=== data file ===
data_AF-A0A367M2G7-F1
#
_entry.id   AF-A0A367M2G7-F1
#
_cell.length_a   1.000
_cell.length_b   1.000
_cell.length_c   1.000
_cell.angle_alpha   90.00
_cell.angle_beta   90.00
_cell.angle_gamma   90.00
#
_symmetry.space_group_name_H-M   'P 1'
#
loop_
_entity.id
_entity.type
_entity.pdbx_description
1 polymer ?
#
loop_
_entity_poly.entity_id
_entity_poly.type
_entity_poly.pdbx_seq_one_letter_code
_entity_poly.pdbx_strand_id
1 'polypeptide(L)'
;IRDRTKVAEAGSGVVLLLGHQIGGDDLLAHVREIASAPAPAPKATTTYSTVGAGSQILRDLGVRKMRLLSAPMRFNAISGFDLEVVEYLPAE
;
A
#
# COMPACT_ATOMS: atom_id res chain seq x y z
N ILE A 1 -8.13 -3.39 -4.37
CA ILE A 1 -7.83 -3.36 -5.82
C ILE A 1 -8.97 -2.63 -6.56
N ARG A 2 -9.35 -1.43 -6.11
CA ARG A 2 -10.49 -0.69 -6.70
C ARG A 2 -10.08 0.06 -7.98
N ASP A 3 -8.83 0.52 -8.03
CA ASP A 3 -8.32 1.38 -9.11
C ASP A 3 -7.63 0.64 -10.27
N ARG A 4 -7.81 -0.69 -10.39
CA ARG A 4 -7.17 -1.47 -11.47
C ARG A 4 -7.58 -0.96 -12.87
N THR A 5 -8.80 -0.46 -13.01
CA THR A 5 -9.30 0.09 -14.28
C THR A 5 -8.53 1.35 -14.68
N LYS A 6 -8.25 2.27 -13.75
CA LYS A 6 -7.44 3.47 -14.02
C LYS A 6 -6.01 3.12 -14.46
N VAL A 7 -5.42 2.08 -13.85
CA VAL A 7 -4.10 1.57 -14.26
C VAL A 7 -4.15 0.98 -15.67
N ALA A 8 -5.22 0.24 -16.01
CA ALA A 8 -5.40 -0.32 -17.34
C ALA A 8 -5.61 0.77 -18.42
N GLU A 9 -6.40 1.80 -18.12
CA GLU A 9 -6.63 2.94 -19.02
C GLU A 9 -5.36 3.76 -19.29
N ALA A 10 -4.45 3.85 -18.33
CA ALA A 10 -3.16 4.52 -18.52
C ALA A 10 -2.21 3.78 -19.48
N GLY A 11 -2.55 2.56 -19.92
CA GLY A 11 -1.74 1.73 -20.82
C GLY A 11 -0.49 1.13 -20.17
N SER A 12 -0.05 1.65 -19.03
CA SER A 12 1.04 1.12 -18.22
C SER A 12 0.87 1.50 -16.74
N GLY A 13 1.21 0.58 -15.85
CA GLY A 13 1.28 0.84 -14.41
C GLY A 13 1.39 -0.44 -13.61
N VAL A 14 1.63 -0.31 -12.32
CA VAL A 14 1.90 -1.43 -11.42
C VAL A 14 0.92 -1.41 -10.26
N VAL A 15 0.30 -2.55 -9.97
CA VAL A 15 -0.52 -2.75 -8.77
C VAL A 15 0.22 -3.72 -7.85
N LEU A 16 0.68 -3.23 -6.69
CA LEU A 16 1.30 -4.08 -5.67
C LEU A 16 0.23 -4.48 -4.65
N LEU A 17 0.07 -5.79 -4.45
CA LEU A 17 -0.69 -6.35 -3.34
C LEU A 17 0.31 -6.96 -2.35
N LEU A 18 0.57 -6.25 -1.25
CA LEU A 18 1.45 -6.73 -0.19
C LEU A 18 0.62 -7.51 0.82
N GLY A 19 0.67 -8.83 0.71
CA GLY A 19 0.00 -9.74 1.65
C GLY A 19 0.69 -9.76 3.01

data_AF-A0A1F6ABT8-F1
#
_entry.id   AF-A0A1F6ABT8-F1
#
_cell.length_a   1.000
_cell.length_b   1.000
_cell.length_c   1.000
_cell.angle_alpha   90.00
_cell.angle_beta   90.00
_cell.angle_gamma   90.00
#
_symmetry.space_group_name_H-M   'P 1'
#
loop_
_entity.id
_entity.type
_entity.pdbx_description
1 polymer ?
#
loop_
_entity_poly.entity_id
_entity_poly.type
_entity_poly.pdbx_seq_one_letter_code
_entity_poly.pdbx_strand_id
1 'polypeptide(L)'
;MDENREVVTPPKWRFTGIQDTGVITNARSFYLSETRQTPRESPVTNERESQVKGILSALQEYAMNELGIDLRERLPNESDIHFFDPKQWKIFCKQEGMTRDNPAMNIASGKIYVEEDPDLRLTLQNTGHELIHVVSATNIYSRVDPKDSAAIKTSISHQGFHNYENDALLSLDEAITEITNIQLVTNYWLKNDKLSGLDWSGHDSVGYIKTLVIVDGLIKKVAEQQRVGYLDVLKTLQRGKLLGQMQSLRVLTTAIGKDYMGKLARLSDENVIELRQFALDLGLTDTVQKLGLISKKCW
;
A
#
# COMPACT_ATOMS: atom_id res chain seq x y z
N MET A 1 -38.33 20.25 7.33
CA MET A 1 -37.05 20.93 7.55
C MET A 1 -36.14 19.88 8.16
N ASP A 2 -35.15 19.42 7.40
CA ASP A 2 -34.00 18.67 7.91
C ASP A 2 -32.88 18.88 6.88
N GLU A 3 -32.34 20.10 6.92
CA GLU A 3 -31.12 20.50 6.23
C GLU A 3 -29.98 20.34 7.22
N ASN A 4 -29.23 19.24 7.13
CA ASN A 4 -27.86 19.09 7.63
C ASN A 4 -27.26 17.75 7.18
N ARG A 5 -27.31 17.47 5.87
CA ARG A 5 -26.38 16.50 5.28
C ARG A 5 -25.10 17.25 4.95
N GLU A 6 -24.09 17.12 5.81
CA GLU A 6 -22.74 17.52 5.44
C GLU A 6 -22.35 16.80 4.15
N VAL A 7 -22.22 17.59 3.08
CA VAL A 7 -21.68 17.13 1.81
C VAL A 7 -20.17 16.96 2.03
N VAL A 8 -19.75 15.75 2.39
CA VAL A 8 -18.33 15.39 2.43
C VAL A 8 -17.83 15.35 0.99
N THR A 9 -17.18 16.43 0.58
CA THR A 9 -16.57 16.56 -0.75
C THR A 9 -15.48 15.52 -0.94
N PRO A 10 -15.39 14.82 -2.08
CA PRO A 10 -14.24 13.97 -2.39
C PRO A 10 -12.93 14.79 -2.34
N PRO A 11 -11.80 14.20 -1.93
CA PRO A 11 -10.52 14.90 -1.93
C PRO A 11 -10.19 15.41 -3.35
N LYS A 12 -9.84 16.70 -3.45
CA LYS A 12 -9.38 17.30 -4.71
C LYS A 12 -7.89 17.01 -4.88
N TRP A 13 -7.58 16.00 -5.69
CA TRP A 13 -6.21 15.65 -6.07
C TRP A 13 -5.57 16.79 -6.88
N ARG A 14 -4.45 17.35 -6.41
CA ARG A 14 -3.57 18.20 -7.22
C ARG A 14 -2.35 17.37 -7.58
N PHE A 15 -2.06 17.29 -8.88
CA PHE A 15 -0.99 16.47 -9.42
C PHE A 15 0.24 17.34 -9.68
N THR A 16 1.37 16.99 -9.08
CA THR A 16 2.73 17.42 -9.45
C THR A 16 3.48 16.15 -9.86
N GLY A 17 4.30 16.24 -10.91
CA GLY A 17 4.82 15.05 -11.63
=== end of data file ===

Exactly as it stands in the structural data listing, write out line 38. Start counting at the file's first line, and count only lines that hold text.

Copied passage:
CA ASP A 3 -8.32 1.38 -9.11